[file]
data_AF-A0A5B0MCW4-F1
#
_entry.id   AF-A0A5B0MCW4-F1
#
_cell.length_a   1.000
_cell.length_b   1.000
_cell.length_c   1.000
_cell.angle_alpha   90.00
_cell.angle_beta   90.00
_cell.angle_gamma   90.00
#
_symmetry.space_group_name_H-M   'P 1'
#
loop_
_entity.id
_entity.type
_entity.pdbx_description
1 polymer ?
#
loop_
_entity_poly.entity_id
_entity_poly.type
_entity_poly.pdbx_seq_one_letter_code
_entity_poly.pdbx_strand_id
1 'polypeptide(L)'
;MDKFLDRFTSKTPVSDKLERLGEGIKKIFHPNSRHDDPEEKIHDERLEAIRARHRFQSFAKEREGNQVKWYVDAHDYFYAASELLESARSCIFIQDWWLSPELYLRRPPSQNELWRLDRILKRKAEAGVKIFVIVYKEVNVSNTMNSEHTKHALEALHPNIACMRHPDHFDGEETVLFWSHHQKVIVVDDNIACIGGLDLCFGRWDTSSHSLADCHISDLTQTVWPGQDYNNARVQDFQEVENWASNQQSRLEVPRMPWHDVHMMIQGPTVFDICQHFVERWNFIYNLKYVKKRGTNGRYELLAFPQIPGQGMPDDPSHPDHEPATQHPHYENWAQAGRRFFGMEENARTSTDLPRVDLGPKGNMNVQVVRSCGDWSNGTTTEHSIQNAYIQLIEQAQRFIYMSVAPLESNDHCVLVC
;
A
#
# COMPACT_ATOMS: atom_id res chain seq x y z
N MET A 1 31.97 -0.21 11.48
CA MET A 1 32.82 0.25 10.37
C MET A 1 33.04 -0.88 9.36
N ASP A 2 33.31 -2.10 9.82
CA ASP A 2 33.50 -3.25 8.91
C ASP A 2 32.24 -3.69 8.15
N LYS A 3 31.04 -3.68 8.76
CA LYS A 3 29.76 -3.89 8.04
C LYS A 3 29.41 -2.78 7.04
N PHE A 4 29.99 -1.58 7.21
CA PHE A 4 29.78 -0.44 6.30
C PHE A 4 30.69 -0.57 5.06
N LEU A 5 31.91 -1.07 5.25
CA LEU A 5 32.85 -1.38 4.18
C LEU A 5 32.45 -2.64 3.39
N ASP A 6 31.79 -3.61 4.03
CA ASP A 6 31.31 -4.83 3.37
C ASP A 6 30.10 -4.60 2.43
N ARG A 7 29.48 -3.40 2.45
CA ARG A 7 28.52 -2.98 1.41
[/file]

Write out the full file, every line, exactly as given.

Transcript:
data_AF-A0A5B0MCW4-F1
#
_entry.id   AF-A0A5B0MCW4-F1
#
_cell.length_a   1.000
_cell.length_b   1.000
_cell.length_c   1.000
_cell.angle_alpha   90.00
_cell.angle_beta   90.00
_cell.angle_gamma   90.00
#
_symmetry.space_group_name_H-M   'P 1'
#
loop_
_entity.id
_entity.type
_entity.pdbx_description
1 polymer ?
#
loop_
_entity_poly.entity_id
_entity_poly.type
_entity_poly.pdbx_seq_one_letter_code
_entity_poly.pdbx_strand_id
1 'polypeptide(L)'
;MDKFLDRFTSKTPVSDKLERLGEGIKKIFHPNSRHDDPEEKIHDERLEAIRARHRFQSFAKEREGNQVKWYVDAHDYFYAASELLESARSCIFIQDWWLSPELYLRRPPSQNELWRLDRILKRKAEAGVKIFVIVYKEVNVSNTMNSEHTKHALEALHPNIACMRHPDHFDGEETVLFWSHHQKVIVVDDNIACIGGLDLCFGRWDTSSHSLADCHISDLTQTVWPGQDYNNARVQDFQEVENWASNQQSRLEVPRMPWHDVHMMIQGPTVFDICQHFVERWNFIYNLKYVKKRGTNGRYELLAFPQIPGQGMPDDPSHPDHEPATQHPHYENWAQAGRRFFGMEENARTSTDLPRVDLGPKGNMNVQVVRSCGDWSNGTTTEHSIQNAYIQLIEQAQRFIYMSVAPLESNDHCVLVC
;
A
#
# COMPACT_ATOMS: atom_id res chain seq x y z
N MET A 1 31.97 -0.21 11.48
CA MET A 1 32.82 0.25 10.37
C MET A 1 33.04 -0.88 9.36
N ASP A 2 33.31 -2.10 9.82
CA ASP A 2 33.50 -3.25 8.91
C ASP A 2 32.24 -3.69 8.15
N LYS A 3 31.04 -3.68 8.76
CA LYS A 3 29.76 -3.89 8.04
C LYS A 3 29.41 -2.78 7.04
N PHE A 4 29.99 -1.58 7.21
CA PHE A 4 29.78 -0.44 6.30
C PHE A 4 30.69 -0.57 5.06
N LEU A 5 31.91 -1.07 5.25
CA LEU A 5 32.85 -1.38 4.18
C LEU A 5 32.45 -2.64 3.39
N ASP A 6 31.79 -3.61 4.03
CA ASP A 6 31.31 -4.83 3.37
C ASP A 6 30.10 -4.60 2.43
N ARG A 7 29.48 -3.40 2.45
CA ARG A 7 28.52 -2.98 1.41